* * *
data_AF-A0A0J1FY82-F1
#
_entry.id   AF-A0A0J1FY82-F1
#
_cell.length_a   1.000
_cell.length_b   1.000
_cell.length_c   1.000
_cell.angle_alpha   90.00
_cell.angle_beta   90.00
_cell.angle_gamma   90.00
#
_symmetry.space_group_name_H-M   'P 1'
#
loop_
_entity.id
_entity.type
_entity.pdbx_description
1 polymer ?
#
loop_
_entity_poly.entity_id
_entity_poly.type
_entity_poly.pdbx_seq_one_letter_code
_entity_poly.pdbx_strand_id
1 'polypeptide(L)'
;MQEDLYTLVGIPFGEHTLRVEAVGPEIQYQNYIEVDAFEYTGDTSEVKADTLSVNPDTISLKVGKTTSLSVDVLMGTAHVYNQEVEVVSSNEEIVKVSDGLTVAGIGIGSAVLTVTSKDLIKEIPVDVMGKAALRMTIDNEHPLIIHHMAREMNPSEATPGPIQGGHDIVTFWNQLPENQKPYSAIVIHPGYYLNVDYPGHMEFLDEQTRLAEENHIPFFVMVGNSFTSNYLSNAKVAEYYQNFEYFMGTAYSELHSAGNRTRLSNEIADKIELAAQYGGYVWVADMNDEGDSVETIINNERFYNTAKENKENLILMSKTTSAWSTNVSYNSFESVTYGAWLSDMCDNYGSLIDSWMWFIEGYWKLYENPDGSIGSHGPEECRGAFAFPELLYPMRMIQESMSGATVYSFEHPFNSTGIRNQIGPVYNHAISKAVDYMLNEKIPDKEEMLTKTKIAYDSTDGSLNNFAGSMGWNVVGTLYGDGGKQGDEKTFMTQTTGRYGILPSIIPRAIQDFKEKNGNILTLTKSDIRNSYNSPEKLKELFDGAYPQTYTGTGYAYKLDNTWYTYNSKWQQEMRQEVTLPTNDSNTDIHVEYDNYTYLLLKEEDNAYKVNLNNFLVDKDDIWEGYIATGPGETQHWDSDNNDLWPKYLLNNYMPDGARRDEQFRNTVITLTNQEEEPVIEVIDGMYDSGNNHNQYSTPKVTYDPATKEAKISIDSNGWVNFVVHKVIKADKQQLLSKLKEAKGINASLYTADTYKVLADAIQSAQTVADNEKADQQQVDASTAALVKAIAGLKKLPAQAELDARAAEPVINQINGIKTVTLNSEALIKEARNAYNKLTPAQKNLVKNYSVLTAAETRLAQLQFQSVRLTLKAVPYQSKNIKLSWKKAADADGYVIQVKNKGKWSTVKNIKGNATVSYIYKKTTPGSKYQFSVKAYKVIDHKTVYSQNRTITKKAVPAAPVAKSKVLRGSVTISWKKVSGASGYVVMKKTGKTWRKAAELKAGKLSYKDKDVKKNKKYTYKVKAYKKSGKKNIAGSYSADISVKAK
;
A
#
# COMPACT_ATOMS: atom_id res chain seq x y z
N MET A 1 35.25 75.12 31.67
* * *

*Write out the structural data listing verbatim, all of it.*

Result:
data_AF-A0A0J1FY82-F1
#
_entry.id   AF-A0A0J1FY82-F1
#
_cell.length_a   1.000
_cell.length_b   1.000
_cell.length_c   1.000
_cell.angle_alpha   90.00
_cell.angle_beta   90.00
_cell.angle_gamma   90.00
#
_symmetry.space_group_name_H-M   'P 1'
#
loop_
_entity.id
_entity.type
_entity.pdbx_description
1 polymer ?
#
loop_
_entity_poly.entity_id
_entity_poly.type
_entity_poly.pdbx_seq_one_letter_code
_entity_poly.pdbx_strand_id
1 'polypeptide(L)'
;MQEDLYTLVGIPFGEHTLRVEAVGPEIQYQNYIEVDAFEYTGDTSEVKADTLSVNPDTISLKVGKTTSLSVDVLMGTAHVYNQEVEVVSSNEEIVKVSDGLTVAGIGIGSAVLTVTSKDLIKEIPVDVMGKAALRMTIDNEHPLIIHHMAREMNPSEATPGPIQGGHDIVTFWNQLPENQKPYSAIVIHPGYYLNVDYPGHMEFLDEQTRLAEENHIPFFVMVGNSFTSNYLSNAKVAEYYQNFEYFMGTAYSELHSAGNRTRLSNEIADKIELAAQYGGYVWVADMNDEGDSVETIINNERFYNTAKENKENLILMSKTTSAWSTNVSYNSFESVTYGAWLSDMCDNYGSLIDSWMWFIEGYWKLYENPDGSIGSHGPEECRGAFAFPELLYPMRMIQESMSGATVYSFEHPFNSTGIRNQIGPVYNHAISKAVDYMLNEKIPDKEEMLTKTKIAYDSTDGSLNNFAGSMGWNVVGTLYGDGGKQGDEKTFMTQTTGRYGILPSIIPRAIQDFKEKNGNILTLTKSDIRNSYNSPEKLKELFDGAYPQTYTGTGYAYKLDNTWYTYNSKWQQEMRQEVTLPTNDSNTDIHVEYDNYTYLLLKEEDNAYKVNLNNFLVDKDDIWEGYIATGPGETQHWDSDNNDLWPKYLLNNYMPDGARRDEQFRNTVITLTNQEEEPVIEVIDGMYDSGNNHNQYSTPKVTYDPATKEAKISIDSNGWVNFVVHKVIKADKQQLLSKLKEAKGINASLYTADTYKVLADAIQSAQTVADNEKADQQQVDASTAALVKAIAGLKKLPAQAELDARAAEPVINQINGIKTVTLNSEALIKEARNAYNKLTPAQKNLVKNYSVLTAAETRLAQLQFQSVRLTLKAVPYQSKNIKLSWKKAADADGYVIQVKNKGKWSTVKNIKGNATVSYIYKKTTPGSKYQFSVKAYKVIDHKTVYSQNRTITKKAVPAAPVAKSKVLRGSVTISWKKVSGASGYVVMKKTGKTWRKAAELKAGKLSYKDKDVKKNKKYTYKVKAYKKSGKKNIAGSYSADISVKAK
;
A
#
# COMPACT_ATOMS: atom_id res chain seq x y z
N MET A 1 35.25 75.12 31.67